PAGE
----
A consensus algorithm is a mechanism to reach agreement among nodes in distributed networks. It removes the need for a central authority and allows the whole network to agree on data and the ordering of events in a trustless way.
Nodes participating in the network maintain an exact copy of the ledger, allowing applications built on top of the consensus protocol to function correctly.
aBFT consensus stands for “asynchronous Byzantine-fault-tolerant” consensus. When a network is said to be Byzantine fault tolerant, it means that nodes can still reach an agreement on an ordering of events even if part of the network acts maliciously.
Asynchronous BFT allows nodes in the network to confirm blocks containing transactions without depending on any timing assumptions. This makes the confirmation of transactions by the network faster, without compromising security or decentralization.
When a transaction is confirmed by the network, it achieves complete finality and cannot be changed or reverted. aBFT consensus reaches agreement on transactions even when some of the messages between nodes are lost, which makes the network more resilient
Blockchains such as Ethereum and Bitcoin are synchronous, meaning that transactions are appended into blocks one at a time. They follow the longest-chain rule in which the chain with the most number of blocks determines the final ordering of events. Transactions in earlier blocks have a much higher probability of being part of the final ordering of events compared to more recent transactions.
Therefore, these networks require multiple confirmations to ensure that a transaction is permanently part of the blockchain. This behavior leads to a slower confirmation of the transactions than in aBFT consensus.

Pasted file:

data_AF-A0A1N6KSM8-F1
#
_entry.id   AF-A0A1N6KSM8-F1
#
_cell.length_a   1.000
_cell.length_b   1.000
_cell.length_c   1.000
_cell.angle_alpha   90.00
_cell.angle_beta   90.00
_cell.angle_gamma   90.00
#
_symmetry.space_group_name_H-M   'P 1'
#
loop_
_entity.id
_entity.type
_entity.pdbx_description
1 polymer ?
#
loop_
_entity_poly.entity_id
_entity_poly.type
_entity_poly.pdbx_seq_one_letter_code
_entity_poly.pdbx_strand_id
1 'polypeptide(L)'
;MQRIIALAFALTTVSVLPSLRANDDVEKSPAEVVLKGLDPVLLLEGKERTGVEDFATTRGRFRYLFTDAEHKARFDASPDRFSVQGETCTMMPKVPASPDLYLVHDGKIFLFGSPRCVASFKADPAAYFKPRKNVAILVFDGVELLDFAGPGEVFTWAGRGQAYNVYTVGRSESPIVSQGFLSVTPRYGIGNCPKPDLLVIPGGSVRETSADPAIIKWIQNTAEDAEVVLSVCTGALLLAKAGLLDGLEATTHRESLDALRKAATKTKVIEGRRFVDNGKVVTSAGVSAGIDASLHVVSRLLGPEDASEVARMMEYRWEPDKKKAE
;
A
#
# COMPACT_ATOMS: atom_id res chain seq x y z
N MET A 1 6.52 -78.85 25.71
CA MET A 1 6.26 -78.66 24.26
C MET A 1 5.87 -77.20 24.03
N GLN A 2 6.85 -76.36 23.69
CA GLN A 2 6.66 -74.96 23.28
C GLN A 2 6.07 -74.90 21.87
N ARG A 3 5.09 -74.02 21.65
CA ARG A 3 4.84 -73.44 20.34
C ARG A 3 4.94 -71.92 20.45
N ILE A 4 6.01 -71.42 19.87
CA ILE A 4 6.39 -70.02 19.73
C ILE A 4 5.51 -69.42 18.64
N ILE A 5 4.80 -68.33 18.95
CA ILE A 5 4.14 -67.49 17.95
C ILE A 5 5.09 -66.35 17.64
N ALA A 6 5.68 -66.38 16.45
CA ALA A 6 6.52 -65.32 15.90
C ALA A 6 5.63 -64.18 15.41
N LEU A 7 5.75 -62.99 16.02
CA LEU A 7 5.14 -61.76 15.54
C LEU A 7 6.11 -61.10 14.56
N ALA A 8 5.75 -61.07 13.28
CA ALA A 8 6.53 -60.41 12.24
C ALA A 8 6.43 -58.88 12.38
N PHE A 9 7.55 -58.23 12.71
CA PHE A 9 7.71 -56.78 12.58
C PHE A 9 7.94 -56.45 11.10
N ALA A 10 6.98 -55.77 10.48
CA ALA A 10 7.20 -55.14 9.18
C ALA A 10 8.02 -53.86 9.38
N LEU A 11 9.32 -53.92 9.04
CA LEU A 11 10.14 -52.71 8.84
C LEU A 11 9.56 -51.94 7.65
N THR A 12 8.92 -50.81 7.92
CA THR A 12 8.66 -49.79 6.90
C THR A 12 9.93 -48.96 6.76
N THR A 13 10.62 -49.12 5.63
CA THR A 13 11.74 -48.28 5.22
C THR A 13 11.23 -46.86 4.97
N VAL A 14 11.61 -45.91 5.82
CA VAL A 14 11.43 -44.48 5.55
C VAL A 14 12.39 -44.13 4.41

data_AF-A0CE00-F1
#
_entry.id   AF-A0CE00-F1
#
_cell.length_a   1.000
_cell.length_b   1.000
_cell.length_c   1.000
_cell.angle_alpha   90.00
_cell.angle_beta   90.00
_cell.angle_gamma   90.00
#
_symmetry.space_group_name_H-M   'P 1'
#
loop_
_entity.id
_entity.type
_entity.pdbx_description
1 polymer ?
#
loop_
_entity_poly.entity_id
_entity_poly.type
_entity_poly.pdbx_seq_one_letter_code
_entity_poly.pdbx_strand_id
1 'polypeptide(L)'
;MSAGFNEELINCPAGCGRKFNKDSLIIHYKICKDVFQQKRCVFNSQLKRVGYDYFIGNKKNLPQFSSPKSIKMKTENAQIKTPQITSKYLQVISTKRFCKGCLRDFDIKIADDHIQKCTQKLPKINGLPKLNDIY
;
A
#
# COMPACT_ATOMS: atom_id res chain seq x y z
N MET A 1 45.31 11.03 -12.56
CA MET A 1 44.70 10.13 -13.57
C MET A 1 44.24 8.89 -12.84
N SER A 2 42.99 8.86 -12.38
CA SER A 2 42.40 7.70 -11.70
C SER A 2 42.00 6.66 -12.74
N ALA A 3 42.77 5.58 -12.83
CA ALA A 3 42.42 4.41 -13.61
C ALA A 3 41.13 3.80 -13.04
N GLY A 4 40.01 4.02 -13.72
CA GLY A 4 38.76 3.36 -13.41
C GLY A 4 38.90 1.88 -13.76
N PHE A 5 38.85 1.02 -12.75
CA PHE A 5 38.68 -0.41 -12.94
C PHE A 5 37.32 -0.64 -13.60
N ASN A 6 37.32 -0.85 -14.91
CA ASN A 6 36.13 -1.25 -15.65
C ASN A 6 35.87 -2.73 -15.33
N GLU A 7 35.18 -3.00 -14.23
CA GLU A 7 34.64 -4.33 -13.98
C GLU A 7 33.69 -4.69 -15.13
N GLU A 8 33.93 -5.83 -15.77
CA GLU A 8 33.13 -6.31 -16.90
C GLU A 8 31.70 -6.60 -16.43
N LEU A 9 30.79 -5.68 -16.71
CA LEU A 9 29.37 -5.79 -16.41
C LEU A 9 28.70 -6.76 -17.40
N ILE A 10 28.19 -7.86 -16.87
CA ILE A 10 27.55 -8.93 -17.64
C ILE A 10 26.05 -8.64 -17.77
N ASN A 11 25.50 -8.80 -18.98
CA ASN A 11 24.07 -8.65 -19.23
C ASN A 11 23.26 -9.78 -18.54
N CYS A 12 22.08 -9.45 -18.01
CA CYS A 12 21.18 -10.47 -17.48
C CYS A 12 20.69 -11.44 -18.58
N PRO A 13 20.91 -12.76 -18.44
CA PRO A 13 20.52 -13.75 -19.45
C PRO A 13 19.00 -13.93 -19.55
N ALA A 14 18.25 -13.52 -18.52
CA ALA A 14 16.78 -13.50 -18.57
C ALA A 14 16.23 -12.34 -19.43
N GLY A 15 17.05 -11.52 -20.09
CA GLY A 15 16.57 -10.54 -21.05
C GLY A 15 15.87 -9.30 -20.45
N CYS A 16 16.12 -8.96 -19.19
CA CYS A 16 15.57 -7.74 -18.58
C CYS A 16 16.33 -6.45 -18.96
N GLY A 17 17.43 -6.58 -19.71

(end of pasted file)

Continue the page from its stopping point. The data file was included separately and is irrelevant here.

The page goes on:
Finality means that a transaction cannot be changed or reversed by any party. aBFT consensus algorithms such as Lachesis have a very low time to finality because they achieve absolute finality. Absolute finality means that a transaction is considered final once it is included in a block.
In the case of Fantom, the Opera Chain can accomplish finality in 1 to 2 seconds. TxFlow can achieve finality in less than a second.
Conversely, Nakamoto consensus protocols rely on probabilistic finality. In this case, the probability that a transaction will not be reverted increases with time. The more blocks that are created on top of a block, thereby confirming it as correct, the more difficult and costlier it would be to revert a transaction in that block. At some point it becomes theoretically impossible to alter older blocks, increasing the probabilistic finality to nearly 100%.
Bitcoin has a finality of 30 to 60 minutes; when using Bitcoin, you have to wait a few block confirmations before considering the transaction final and irreversible. Ethereum has a finality of a few minutes.
TxFlow is an aBFT middleware protocol designed for responsiveness. It runs together with a traditional consensus algorithm such as Lachesis, which guarantees network security.
Fantom has an ERC20 token, but it cannot be used directly on the Opera mainnet.
Here is a breakdown of the different FTM tokens in circulation at the moment